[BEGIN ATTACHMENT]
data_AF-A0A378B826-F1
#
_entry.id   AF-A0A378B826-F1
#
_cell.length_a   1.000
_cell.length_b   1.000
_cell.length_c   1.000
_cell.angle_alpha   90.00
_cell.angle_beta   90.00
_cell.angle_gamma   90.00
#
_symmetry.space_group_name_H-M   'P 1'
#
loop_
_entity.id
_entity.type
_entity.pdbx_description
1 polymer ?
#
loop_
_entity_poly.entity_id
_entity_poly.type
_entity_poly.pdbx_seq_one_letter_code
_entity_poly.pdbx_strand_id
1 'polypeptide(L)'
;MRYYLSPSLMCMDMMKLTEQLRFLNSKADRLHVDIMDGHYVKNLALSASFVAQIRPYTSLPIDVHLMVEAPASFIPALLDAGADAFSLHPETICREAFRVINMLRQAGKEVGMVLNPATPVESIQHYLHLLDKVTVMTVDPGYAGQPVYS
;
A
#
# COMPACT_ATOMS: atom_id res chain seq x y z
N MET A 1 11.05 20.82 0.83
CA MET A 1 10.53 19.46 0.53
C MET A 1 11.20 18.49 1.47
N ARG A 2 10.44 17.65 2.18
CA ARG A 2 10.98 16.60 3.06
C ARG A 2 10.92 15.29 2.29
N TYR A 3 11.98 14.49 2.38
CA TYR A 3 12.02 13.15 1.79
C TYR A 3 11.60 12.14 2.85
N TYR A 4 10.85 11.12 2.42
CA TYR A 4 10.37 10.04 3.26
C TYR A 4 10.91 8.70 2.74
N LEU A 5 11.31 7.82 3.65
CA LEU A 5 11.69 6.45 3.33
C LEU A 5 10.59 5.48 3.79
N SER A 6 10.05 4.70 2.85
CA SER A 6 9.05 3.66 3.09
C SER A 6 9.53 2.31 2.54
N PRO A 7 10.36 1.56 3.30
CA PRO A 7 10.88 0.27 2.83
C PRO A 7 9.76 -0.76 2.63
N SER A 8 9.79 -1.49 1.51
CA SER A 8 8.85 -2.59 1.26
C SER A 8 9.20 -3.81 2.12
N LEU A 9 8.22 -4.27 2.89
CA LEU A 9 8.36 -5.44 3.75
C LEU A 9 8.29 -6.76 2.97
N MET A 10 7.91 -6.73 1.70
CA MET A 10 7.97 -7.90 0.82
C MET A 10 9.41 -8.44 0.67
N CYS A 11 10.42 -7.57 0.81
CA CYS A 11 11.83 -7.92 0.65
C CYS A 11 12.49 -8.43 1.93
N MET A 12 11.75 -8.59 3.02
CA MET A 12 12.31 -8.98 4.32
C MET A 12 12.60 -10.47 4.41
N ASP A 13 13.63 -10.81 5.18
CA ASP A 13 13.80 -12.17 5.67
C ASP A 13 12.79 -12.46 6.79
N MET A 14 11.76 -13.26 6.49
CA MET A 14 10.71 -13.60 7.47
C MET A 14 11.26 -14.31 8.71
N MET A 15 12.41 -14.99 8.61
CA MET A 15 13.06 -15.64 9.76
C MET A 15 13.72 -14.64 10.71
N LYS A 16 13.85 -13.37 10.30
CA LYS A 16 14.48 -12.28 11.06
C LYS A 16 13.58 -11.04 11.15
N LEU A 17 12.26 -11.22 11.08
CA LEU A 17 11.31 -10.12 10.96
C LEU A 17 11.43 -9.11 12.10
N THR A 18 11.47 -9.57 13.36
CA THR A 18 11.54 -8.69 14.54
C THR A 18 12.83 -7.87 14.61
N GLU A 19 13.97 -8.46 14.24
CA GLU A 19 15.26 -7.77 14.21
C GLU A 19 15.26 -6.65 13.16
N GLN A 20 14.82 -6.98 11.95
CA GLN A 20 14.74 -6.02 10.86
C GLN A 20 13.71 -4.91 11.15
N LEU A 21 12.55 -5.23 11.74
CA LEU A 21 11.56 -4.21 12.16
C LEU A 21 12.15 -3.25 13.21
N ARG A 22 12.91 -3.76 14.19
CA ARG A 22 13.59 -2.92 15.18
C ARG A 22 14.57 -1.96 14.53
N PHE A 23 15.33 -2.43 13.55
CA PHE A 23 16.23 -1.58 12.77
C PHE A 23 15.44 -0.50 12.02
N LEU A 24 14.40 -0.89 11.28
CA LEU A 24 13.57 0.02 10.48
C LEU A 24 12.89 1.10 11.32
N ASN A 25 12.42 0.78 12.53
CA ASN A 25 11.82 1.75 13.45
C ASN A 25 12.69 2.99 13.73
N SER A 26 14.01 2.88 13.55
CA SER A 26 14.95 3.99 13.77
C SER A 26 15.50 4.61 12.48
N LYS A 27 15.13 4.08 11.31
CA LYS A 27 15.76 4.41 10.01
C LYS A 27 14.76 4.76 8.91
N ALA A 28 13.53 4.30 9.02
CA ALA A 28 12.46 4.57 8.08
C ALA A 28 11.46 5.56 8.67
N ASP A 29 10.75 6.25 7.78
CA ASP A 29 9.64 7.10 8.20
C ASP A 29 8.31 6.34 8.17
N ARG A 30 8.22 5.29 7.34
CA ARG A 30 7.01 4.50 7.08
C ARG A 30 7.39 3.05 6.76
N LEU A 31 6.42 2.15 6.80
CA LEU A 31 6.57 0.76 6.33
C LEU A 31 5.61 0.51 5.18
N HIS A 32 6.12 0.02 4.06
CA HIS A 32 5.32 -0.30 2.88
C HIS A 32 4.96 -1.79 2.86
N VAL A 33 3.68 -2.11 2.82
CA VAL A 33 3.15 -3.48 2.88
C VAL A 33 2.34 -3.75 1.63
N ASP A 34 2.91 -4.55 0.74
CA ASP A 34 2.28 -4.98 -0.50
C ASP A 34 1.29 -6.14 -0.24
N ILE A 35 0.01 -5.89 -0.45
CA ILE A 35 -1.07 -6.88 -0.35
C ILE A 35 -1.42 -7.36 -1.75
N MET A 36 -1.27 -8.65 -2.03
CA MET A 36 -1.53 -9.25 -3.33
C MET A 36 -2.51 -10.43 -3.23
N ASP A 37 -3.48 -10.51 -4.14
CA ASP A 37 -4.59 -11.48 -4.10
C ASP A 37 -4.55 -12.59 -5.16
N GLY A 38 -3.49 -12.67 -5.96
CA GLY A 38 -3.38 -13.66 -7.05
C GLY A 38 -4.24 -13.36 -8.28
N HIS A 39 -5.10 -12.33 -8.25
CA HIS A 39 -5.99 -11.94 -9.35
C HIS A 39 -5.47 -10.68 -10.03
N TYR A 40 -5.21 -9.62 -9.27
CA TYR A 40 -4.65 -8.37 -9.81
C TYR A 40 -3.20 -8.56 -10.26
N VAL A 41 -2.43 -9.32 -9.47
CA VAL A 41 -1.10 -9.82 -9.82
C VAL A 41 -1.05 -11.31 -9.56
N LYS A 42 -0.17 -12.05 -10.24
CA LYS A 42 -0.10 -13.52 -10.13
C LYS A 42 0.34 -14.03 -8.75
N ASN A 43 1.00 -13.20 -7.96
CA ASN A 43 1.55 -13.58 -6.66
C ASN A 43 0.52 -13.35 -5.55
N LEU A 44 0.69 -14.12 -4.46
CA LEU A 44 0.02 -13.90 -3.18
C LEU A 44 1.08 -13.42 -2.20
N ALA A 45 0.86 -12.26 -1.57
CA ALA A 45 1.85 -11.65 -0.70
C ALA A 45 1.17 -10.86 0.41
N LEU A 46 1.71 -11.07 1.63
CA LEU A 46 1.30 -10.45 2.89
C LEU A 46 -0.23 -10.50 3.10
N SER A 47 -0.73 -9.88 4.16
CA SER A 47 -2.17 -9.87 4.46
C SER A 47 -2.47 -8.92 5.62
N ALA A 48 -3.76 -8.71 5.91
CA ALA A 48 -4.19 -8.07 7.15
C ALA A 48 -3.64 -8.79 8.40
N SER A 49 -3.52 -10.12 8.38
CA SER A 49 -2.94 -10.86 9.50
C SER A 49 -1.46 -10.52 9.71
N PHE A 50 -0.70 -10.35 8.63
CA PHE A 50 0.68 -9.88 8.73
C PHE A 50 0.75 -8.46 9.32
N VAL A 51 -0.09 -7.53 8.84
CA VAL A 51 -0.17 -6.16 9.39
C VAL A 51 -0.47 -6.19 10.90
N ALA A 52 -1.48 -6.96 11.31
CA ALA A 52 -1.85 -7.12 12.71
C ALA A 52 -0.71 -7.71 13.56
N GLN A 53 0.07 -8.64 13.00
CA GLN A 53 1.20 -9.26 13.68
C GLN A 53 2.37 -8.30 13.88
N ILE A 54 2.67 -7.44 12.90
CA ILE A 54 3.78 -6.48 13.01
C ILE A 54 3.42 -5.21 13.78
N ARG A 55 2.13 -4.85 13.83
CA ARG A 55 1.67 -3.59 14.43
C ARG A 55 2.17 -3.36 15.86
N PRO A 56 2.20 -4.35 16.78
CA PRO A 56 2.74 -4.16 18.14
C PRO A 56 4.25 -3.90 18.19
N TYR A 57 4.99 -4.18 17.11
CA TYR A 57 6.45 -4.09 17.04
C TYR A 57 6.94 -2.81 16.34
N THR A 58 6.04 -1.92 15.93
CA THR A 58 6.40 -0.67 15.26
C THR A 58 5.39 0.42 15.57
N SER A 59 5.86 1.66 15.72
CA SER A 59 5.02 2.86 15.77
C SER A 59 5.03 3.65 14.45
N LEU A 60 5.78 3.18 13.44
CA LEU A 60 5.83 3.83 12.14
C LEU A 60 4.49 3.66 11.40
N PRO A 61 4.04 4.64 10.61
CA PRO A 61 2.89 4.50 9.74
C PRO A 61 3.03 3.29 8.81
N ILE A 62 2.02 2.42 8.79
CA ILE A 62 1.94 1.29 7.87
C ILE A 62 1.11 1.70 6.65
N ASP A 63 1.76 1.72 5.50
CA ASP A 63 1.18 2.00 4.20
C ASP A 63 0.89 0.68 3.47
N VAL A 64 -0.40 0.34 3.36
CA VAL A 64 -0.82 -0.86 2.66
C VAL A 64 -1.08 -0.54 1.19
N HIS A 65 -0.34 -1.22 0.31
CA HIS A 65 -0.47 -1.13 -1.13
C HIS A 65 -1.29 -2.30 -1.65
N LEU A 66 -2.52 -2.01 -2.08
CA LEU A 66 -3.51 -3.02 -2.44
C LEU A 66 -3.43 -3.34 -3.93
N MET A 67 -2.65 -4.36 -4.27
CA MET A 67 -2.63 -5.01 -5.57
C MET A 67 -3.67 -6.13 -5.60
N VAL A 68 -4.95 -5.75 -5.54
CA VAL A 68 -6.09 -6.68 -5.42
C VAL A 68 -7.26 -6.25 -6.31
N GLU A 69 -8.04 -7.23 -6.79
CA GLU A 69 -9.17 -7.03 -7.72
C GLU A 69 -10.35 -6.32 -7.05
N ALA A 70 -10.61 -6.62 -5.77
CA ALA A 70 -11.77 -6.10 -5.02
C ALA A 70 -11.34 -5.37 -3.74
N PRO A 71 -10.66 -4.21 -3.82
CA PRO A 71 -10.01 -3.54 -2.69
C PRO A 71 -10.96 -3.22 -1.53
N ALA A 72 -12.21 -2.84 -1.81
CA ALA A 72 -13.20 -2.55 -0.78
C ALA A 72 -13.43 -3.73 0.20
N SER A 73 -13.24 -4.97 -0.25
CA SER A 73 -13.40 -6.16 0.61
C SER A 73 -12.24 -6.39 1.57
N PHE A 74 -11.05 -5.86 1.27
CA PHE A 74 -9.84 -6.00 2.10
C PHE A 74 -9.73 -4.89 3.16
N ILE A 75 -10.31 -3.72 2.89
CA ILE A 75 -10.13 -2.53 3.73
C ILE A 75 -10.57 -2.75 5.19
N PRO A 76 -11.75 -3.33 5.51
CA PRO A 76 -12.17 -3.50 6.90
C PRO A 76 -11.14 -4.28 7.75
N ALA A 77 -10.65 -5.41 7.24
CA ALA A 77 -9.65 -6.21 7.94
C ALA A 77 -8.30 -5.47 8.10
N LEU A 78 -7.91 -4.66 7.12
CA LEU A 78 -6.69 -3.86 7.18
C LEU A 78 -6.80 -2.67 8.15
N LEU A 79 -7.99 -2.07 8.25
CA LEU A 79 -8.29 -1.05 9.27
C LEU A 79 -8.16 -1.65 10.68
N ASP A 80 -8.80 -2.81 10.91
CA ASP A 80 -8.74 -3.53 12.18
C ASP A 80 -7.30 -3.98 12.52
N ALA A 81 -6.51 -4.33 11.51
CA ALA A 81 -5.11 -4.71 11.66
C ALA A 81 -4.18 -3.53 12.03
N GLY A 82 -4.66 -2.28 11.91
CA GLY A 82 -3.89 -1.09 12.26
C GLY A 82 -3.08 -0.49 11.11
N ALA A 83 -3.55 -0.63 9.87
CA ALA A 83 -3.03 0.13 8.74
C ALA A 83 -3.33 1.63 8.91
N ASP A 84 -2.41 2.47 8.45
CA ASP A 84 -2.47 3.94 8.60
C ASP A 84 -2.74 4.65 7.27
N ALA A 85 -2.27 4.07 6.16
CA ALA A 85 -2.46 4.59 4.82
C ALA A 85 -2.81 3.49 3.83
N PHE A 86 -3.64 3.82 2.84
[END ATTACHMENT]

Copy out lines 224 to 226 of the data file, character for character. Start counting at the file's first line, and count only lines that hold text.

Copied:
CA HIS A 65 -0.47 -1.13 -1.13
C HIS A 65 -1.29 -2.30 -1.65
N LEU A 66 -2.52 -2.01 -2.08